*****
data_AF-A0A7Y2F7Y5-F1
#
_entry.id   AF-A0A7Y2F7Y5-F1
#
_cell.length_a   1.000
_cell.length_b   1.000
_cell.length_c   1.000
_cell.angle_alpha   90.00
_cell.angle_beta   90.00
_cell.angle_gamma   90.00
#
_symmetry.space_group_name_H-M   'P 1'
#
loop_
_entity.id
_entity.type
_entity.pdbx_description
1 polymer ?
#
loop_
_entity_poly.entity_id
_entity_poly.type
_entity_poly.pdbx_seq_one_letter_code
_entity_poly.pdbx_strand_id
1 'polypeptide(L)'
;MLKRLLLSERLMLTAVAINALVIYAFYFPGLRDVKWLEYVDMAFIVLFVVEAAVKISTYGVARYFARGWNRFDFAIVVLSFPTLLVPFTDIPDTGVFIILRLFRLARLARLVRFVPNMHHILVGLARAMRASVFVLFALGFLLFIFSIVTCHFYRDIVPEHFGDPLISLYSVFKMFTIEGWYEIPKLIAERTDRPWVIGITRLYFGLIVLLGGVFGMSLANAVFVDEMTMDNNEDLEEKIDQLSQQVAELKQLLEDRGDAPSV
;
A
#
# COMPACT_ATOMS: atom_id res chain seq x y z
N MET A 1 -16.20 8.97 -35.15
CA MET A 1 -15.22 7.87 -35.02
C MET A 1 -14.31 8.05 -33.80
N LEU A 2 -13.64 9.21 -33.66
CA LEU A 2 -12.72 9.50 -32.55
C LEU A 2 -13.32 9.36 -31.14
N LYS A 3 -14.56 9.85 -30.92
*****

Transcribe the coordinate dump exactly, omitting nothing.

data_AF-A0A7Y2F7Y5-F1
#
_entry.id   AF-A0A7Y2F7Y5-F1
#
_cell.length_a   1.000
_cell.length_b   1.000
_cell.length_c   1.000
_cell.angle_alpha   90.00
_cell.angle_beta   90.00
_cell.angle_gamma   90.00
#
_symmetry.space_group_name_H-M   'P 1'
#
loop_
_entity.id
_entity.type
_entity.pdbx_description
1 polymer ?
#
loop_
_entity_poly.entity_id
_entity_poly.type
_entity_poly.pdbx_seq_one_letter_code
_entity_poly.pdbx_strand_id
1 'polypeptide(L)'
;MLKRLLLSERLMLTAVAINALVIYAFYFPGLRDVKWLEYVDMAFIVLFVVEAAVKISTYGVARYFARGWNRFDFAIVVLSFPTLLVPFTDIPDTGVFIILRLFRLARLARLVRFVPNMHHILVGLARAMRASVFVLFALGFLLFIFSIVTCHFYRDIVPEHFGDPLISLYSVFKMFTIEGWYEIPKLIAERTDRPWVIGITRLYFGLIVLLGGVFGMSLANAVFVDEMTMDNNEDLEEKIDQLSQQVAELKQLLEDRGDAPSV
;
A
#
# COMPACT_ATOMS: atom_id res chain seq x y z
N MET A 1 -16.20 8.97 -35.15
CA MET A 1 -15.22 7.87 -35.02
C MET A 1 -14.31 8.05 -33.80
N LEU A 2 -13.64 9.21 -33.66
CA LEU A 2 -12.72 9.50 -32.55
C LEU A 2 -13.32 9.36 -31.14
N LYS A 3 -14.56 9.85 -30.92